Downtown Q&A: Sally Kohn

by | Aug 23, 2019 | Downtown Living, Featured, News, Power Women

SALLY KOHN One of the leading progressive voices in America today. A television commentator on CNN and formerly on Fox News, Sally worked for over 15 years as a community organizer. Her writing has appeared in publications such as the Washington Post, New York Times, New York Magazine, More Magazine, Afar Magazine, and many others. She has recently authored The Opposite of Hate.

1. Name three women that inspire you, and tell us why.

I am inspired by Charlene Carruthers, political thinker and activist and co-founder of the Black Youth Project 100—she’s just an incredibly powerful and thoughtful human being writing and leading at the intersection of queer rights, feminism, and racial justice. Every time I am in her orbit, in person or through her writing like her book Unapologetic, I’m better for it.

Mona Eltahawy is a radical Egyptian feminist scholar who always expands my mind in ways I didn’t know were possible. She has a new book coming out this fall called The Seven Necessary Sins for Women and Girls and I can’t wait to read it.

And then I don’t wanna name just one but I’m so inspired by all of the new progressive women leaders in Congress! I remember when my friend, the incredible organizer and leader, Pramila Jayapal was elected to Congress and it felt like such an impossible coup and one off and now she’s co-chair of the Progressive Caucus and there’s a giant record number of women, especially women of color, right alongside her transforming the way we think about power in our country and how things actually get done! Amidst all the crap and bad stuff going on in Washington and in our politics in general, this is supremely awesome and worth celebrating!

2. What has been the secret to your success?

I really like people and want to understand what makes them tick; what gets them up in the morning; what gets them down; and what would really make a difference in their lives. Through all the bumps and turns, that curiosity about people has been enduring and driven most if not all of my work.

3. If you were going to pass on one piece of advice to a young woman, what would it be?

Don’t pay attention to social media; it will make you want to be someone you’re not and make you think that’s the only way to succeed. The way to succeed is to be yourself, to find what you’re passionate about, and set your own direction. And then, sure, you can post about that later, but your compass, your direction, has to come from inside.

4. In the fight for equality, what area do you think needs the most attention?

With regards to gender equality, I don’t want to pick one fight because there’s so much that needs to happen. And it’s impossible to separate “gender” issues from race, class, anti-Semitism, Islamophobia, and so on. I think the area in general that needs the most attention is the fundamental misperception among some in our society that opportunity and progress for some comes at the cost of others. The imperfect, messy history of our country has always been made better—for all of us—when we have expanded opportunity and inclusion. That’s not just how some people move forward. That’s how we all move forward, together.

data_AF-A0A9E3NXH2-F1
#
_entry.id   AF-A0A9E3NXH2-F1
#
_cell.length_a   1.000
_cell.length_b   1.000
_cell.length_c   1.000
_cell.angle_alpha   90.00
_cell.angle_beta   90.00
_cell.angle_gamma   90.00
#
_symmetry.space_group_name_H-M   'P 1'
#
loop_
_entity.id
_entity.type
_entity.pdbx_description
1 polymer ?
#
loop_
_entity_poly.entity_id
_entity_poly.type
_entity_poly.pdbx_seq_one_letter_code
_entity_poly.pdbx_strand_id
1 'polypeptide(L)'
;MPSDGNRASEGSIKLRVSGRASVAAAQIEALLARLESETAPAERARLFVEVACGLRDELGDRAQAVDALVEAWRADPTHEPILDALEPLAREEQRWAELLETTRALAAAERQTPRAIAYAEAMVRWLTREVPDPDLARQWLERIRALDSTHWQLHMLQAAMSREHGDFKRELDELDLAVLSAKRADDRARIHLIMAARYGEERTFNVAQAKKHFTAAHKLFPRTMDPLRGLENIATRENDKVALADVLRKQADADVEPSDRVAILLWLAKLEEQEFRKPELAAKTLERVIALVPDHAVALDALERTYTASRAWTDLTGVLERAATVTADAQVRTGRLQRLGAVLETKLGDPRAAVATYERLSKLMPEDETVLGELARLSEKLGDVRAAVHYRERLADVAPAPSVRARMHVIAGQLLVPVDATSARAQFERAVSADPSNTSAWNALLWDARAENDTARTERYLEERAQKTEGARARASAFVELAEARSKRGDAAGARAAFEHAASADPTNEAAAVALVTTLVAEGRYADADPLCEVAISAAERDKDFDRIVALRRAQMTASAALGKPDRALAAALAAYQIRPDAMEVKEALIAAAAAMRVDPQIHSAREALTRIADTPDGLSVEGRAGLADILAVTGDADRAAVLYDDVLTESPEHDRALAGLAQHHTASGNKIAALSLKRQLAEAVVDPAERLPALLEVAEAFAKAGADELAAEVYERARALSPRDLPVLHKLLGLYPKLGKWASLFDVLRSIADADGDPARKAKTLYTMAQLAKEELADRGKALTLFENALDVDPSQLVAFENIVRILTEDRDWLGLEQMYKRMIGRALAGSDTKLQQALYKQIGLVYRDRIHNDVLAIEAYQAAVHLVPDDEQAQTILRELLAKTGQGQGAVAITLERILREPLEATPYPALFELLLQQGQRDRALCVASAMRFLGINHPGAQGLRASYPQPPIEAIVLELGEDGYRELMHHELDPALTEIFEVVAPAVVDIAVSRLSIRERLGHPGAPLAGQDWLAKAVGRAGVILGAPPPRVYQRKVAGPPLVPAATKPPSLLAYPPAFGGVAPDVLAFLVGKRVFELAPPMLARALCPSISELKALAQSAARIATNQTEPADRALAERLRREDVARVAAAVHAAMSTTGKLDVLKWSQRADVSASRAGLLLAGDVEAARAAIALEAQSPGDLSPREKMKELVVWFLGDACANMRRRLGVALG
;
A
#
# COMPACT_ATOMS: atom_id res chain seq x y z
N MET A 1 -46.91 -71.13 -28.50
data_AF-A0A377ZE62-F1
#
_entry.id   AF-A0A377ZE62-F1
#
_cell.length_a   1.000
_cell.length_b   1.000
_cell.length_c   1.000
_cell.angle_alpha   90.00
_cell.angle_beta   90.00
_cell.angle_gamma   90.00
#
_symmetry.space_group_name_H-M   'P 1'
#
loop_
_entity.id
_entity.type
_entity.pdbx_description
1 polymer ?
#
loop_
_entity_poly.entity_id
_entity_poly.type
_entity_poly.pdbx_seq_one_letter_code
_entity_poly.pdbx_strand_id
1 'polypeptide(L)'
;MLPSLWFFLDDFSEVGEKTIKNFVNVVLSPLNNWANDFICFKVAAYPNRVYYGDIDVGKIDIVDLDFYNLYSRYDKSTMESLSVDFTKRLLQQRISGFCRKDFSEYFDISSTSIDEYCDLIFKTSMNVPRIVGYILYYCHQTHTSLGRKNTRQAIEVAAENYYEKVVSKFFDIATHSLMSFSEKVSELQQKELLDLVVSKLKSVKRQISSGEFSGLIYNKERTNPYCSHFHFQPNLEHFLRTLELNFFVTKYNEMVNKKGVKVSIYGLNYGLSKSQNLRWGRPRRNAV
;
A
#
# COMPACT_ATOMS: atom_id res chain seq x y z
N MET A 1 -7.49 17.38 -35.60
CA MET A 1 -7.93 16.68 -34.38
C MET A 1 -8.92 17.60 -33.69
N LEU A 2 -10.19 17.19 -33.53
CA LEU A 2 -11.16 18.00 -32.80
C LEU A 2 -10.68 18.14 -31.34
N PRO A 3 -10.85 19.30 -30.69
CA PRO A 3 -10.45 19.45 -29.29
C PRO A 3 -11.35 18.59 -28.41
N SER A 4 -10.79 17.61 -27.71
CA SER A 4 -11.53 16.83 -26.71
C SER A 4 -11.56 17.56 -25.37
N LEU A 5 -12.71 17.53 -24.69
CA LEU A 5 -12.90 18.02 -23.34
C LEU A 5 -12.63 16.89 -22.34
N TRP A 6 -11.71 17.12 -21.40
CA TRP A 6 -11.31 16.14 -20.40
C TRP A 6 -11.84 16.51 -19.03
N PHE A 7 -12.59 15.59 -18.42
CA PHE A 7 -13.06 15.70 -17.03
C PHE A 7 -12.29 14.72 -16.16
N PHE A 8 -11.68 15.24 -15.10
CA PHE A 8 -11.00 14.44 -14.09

5. What are you most proud of in your career?

I’ve always wanted to write a book since I was a little kid.  And I’m incredibly proud of the work and thinking I put out in The Opposite of Hate: A Field Guide To Repairing Our Humanity — and incredibly humbled by the reactions of readers who are finding the book so useful and impactful in their lives and in their analysis of the world around them.

6. Where do you get your confidence?

I struggle to find it every day, just like most people and especially just like most women. I was lucky to have parents who filled me with a sense that I could do anything, yet I’m always bumping up against the reality of my own constraints and the world around me suggesting otherwise. I don’t think confidence is an attitude so much as an action. Every day I put one foot in front of the other, act confidently, and hope my mind falls in line.

7. What makes a woman beautiful?

I don’t think kindness is everything. I happen to think structural, systemic equality and justice are even more gorgeous. But I also think the simple idea of treating everyone you meet—and everyone you don’t actually meet but simply think about or talk about—with basic respect and dignity, that is a kind of radiant human beauty of the soul that we should all aspire to. And it is damn sexy when you see it being done in real life.

8. What gives you joy?

My daughter.  When she laughs, when she learns something new, when out of the blue she hugs me and tells me she loves me.  Those are the best moments of my life.

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